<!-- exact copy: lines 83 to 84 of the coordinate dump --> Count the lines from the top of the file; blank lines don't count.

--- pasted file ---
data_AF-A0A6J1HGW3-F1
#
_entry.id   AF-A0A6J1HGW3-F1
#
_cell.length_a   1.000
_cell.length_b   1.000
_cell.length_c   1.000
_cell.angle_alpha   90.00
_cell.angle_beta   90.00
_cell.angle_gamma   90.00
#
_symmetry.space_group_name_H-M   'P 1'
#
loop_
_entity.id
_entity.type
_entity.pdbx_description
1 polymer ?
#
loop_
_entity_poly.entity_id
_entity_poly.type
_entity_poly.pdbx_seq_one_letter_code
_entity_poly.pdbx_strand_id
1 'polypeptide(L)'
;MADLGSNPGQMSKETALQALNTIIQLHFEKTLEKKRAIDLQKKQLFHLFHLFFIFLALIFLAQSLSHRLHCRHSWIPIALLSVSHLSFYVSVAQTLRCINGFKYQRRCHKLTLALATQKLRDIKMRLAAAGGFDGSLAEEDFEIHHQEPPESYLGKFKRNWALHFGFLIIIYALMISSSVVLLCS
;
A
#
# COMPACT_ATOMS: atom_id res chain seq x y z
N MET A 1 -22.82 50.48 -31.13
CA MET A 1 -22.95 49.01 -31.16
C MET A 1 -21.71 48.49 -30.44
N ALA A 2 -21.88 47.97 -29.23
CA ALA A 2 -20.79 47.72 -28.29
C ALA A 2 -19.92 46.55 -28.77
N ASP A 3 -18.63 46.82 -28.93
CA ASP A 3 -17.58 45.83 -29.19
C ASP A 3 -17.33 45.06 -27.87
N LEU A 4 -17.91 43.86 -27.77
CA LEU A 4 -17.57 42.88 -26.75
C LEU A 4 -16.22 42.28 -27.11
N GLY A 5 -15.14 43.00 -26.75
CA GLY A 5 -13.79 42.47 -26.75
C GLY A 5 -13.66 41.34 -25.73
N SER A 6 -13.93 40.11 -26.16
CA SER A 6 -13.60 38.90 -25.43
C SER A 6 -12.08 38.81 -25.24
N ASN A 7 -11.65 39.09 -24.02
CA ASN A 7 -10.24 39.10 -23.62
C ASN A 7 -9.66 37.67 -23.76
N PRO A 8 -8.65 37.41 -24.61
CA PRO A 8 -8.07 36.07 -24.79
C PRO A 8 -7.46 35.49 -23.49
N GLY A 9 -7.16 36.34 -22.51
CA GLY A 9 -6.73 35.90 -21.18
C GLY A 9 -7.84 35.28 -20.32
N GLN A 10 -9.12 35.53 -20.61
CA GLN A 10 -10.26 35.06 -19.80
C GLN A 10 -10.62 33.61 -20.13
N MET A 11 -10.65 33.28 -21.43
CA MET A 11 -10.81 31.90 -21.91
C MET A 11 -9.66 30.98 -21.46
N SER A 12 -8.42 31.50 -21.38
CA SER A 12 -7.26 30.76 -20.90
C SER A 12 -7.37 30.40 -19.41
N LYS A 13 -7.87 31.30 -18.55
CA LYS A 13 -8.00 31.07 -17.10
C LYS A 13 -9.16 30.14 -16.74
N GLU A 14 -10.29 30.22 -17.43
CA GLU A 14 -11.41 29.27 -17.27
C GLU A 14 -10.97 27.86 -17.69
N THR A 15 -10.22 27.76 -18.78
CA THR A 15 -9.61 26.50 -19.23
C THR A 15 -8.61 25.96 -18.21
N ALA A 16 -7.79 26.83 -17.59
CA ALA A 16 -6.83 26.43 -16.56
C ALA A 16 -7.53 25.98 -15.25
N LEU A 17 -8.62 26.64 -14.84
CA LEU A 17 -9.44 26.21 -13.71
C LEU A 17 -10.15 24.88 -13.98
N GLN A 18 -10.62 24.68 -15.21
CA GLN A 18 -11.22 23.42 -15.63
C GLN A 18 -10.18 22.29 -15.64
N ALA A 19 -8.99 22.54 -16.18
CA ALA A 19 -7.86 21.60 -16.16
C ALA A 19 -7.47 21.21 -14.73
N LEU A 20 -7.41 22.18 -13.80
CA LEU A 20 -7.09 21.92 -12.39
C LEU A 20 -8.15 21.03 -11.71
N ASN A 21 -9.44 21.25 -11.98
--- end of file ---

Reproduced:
CA GLN A 18 -11.22 23.42 -15.63
C GLN A 18 -10.18 22.29 -15.64